That’s right; all they had was three minutes and a slide to speak to the breadth and depth of their graduate thesis.
SBME’s judges for the event were Dr. Nika Shakiba, Assistant Professor at the SBME; Dr Nozomu Yachie, Associate Professor at the SBME and CRC in Synthetic Biology; and Dr. Payam Zahedi, Strategic Planning & Operations Director for SBME.
Presentations were scored in two categories—Comprehension & Content, and Engagement & Communication—covering everything from subject knowledge and passion, to language and attention to audience. To avoid conflicts of interest, judges did not review presentations from students under their supervision, and any presentation that broke the three-minute ceiling lost marks before scores were averaged and each contestant ranked.
The audience had the privilege of excellent presentations on emerging technologies in cancer and cell research, novel approaches to bioinformatics in therapeutics, cellular engineering to bolster our immune systems, and much more.
But, as it is with all competitions, someone has to win.
So without further preamble, we give to you the winners of SBME’s 3MT Heat:
1st Place | $500
2nd Place | $300
3rd Place | $200
The People’s Choice race was neck-and-neck with Justin Wyss just edging out Alexi Michael by three votes.
What comes next?
All UBC Finalists will be announced on March 12th, with the UBC 3MT Final taking place over live-stream on March 31st. All semi-final videos will be posted in April. UBC’s top presenter will compete in a Western Canadian final featuring finalists from the Western provinces. The top presenters there go on to compete in a Canada-wide event.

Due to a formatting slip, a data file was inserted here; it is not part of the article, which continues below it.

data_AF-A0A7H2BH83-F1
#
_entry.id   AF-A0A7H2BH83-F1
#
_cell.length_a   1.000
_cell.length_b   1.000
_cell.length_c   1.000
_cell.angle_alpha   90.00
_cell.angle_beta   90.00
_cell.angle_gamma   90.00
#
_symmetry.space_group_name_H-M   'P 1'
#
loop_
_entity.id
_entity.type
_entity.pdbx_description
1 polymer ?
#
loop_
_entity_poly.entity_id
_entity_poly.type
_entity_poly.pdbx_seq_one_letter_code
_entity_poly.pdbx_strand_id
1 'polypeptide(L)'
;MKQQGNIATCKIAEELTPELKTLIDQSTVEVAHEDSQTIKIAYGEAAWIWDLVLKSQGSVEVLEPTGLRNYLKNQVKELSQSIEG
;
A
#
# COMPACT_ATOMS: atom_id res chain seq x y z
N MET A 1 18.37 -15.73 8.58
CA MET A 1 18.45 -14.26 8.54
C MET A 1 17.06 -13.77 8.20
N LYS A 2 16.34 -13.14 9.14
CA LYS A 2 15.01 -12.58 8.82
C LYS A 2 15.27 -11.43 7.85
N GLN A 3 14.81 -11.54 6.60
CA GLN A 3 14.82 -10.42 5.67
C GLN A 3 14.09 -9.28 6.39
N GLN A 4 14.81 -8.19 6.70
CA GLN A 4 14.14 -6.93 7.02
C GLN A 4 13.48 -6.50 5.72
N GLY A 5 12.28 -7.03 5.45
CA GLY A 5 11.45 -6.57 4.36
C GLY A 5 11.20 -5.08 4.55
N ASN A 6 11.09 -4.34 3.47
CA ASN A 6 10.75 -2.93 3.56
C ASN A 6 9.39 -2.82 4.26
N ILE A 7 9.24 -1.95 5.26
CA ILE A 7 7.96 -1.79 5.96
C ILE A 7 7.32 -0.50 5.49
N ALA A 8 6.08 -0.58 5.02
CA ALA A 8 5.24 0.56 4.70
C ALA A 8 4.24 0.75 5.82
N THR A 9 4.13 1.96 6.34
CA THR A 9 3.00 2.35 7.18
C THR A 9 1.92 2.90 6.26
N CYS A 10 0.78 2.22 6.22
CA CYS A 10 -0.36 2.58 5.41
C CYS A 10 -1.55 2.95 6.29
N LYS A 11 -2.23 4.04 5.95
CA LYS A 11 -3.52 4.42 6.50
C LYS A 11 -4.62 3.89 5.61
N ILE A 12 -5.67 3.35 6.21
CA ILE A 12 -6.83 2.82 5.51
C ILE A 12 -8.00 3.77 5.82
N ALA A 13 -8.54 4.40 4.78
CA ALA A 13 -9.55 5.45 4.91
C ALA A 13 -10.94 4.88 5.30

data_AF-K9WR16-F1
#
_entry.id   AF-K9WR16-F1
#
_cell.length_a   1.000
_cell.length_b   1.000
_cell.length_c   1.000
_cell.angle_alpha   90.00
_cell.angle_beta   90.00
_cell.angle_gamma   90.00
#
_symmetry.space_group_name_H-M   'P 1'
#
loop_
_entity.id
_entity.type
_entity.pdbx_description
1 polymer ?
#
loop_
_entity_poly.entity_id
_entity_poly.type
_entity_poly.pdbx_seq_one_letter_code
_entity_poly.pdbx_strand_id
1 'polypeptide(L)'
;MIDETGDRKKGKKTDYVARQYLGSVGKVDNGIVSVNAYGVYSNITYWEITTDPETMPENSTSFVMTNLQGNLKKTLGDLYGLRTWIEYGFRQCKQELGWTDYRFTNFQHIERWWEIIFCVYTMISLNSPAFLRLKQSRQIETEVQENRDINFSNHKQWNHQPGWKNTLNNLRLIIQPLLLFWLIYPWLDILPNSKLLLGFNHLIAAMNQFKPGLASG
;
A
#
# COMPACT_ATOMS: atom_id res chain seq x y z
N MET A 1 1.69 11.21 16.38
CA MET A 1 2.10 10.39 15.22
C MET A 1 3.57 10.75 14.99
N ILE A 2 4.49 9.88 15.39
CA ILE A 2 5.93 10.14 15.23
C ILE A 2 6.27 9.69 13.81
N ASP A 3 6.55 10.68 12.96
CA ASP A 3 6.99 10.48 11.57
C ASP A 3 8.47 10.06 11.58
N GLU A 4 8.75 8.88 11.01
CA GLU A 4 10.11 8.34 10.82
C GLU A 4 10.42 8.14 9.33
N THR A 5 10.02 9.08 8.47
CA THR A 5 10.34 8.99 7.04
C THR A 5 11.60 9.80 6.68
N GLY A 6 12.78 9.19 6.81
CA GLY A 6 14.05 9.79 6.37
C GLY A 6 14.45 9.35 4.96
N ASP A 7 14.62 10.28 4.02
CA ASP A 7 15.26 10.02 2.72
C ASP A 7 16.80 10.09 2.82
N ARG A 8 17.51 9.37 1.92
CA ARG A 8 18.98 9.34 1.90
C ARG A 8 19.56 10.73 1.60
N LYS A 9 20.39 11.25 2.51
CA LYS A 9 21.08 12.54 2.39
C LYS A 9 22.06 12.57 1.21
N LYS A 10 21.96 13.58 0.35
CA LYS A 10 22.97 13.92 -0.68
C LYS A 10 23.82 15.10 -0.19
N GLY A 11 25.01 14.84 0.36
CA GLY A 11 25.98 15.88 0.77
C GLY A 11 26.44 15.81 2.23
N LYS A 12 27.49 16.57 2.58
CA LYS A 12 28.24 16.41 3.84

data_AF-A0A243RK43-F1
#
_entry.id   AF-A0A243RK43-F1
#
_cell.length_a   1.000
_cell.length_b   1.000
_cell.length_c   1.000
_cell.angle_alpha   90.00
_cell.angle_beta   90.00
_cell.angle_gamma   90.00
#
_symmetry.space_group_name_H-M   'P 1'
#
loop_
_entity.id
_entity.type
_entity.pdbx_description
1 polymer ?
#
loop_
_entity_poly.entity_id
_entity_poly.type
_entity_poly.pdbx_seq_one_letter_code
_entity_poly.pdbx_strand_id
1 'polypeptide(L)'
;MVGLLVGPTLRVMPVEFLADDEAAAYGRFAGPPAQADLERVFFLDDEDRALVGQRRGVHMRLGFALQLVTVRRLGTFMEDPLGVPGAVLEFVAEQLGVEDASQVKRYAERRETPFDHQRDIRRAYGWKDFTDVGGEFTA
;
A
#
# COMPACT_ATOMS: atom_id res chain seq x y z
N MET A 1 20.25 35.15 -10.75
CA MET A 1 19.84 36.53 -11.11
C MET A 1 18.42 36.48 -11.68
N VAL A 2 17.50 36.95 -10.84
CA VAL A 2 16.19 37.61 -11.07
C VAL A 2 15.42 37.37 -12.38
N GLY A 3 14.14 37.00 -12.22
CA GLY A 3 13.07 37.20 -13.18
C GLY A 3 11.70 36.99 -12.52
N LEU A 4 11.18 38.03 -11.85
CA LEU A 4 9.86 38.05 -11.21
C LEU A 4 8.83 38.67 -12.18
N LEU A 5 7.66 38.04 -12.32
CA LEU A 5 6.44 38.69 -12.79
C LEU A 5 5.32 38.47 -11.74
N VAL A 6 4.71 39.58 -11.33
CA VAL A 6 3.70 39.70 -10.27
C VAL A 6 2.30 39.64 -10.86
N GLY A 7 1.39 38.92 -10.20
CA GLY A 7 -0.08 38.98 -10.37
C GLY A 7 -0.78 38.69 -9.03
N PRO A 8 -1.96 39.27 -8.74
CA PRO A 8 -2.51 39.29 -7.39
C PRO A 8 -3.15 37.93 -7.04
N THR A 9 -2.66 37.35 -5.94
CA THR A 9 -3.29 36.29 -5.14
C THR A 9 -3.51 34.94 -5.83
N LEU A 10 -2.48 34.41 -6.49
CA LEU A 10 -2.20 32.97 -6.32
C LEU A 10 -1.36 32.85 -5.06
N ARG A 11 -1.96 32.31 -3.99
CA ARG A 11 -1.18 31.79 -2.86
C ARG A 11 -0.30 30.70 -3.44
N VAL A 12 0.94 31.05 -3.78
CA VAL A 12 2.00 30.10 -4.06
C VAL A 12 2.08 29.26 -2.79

Special thanks goes out to the organizers, our judges, SBME Associate Director, Dr. Karen Cheung for kicking off the event, and to all of the intrepid contestants who put their work to the test. Condensing a thesis project into a three minute presentation designed for a lay-audience is one of the most difficult things a student can do, so congratulations to everyone for having the courage to step forward and go for it.
Another special shout out to the University of Queensland for launching the 3MT program.
3MT at a Glance
3MT is an academic competition that challenges graduate students to explain their research project to a non-specialist audience in just three minutes. It was developed by the University of Queensland in 2008, and in the spring of 2011, UBC became one of the first universities in North America to host a 3MT® competition.
Learn all about 3MT at 3mt.grad.ubc.ca